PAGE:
column | Wife or mother, that is the question

Everyone thinks of something and I would like it, but it is not easy at all. I mean to find something from the women that the Netherlands picked up from Syria. I prefer to understand the legal consequences of family relations between women, men and children. But this is complicated.

First, the relationship between a woman and a man. The Council of Ministers has now repatriated the women so that they can be tried here. Once, in a press release, they are identified as independent suspects. “Twelve Dutch women suspected of terrorist crimes and their 28 children arrived in the Netherlands late last night.” Then they are called ISIS women everywhere, a vague description. “Twelve Dutch ISIS Women and 28 Children”.

In addition, you see them regularly appearing in messages as “the wives of ISIS fighters.” No political conviction lies behind that wonderful woman of description, de Volkskrant do it, telegraph, and NOS. And there’s a good reason for that. The women traveled to the Middle East to marry a fighter: they lived their lives as wives.

“Of course you hear often that they have a local role,” journalist Brenda Stutter-Boscolo said of the matter in February. in 1. “And it’s true: they took care of the men, and they had children.” But she immediately added, in this domestic role, women simultaneously supported the system that made terror possible.

In addition, they sometimes worked independently, for example within the Commission for the Promotion of Virtue and the Prevention of Vice. Stutter Boscolo, who has written a book on the fate of the Yazidis, said that women also facilitated slavery, especially sexual slavery, to which Yazidis were victims. In short, home life and terror merged.

In the case against Samir A, the judge said the same thing this summer. a. He himself confirmed that he sent money to women in the Syrian camps for humanitarian reasons only. According to the court, it was learned that some of them are on the national terrorism sanctions list. By sending the money, which was a criminal offence, he deliberately risked that money ending up in the hands of the Islamic State through them. He was sentenced to two and a half years in prison for financing terrorism.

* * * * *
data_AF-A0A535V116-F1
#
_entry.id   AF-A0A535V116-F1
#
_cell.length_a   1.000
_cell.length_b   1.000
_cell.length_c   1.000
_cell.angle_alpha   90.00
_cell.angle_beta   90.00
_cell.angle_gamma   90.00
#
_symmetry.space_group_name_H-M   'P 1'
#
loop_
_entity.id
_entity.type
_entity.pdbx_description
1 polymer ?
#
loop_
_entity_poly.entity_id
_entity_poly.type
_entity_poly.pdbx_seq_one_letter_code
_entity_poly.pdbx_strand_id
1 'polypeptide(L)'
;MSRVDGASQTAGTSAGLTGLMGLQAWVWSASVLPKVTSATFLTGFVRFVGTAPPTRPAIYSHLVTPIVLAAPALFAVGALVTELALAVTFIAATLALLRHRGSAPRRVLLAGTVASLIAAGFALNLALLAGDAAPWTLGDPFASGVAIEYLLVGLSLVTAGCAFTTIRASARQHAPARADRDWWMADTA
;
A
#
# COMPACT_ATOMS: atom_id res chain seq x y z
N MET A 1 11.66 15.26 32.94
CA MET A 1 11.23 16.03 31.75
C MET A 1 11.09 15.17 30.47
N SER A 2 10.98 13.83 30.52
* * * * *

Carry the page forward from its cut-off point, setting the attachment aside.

Good. It is therefore very difficult to distinguish between the role of a woman and her role as a wife. But when the kids come into the picture, things get really complicated. In some reports, women suspected of terrorist acts are referred to as mothers, which of course they are. “The mothers have been handed over to the relevant judicial authorities,” the French Foreign Ministry wrote when France repatriated children and women this summer.

Then it is only for the children to return home. According to a UN panel, France would have violated the rights of French children in the Syrian camps if it had not picked them up. Children who had no role in terrorism are being rescued from the horrors in Syria. Their mothers are allowed to accompany them and deliver them to court.

Thus a woman is sometimes a wife, and sometimes a mother. If a woman who has been returned to the Netherlands is deemed unwanted by the Secretary of State, this decision must be taken by the Council of State, as she is a mother. Her children go to school in the Netherlands and their interests must be taken into account.

Fortunately, and because I want to know something about it, Megan Ingram wrote last year’s thesis, which was awarded the Yap Dweik Child Rights Thesis Award, about children of ISIS fighters in Syrian camps. It convincingly illustrates the lack of rights for those children with whom everyone coexists. Governments weigh their rights against national security, and the law does not know whether the rights of European children apply in Syria: the case is “morally troubling, politically toxic, and legally opaque.”

Even the repatriation of children ordered by the United Nations commission has become obsolete as an option, Ingram explains in a recent blog. Crossed by European Court ruling. She believes that a European country has no jurisdiction over children. Ingram concludes, “European countries associated with children of Islamic State fighters are not legally responsible for ensuring their rights as they are now.”

It seems the children should only hope that their mother will be chosen as a wife and be able to attend. Like I said, tough stuff. But I like it now.

Maxim February Lawyer and writer www.maximfebruari.nl.

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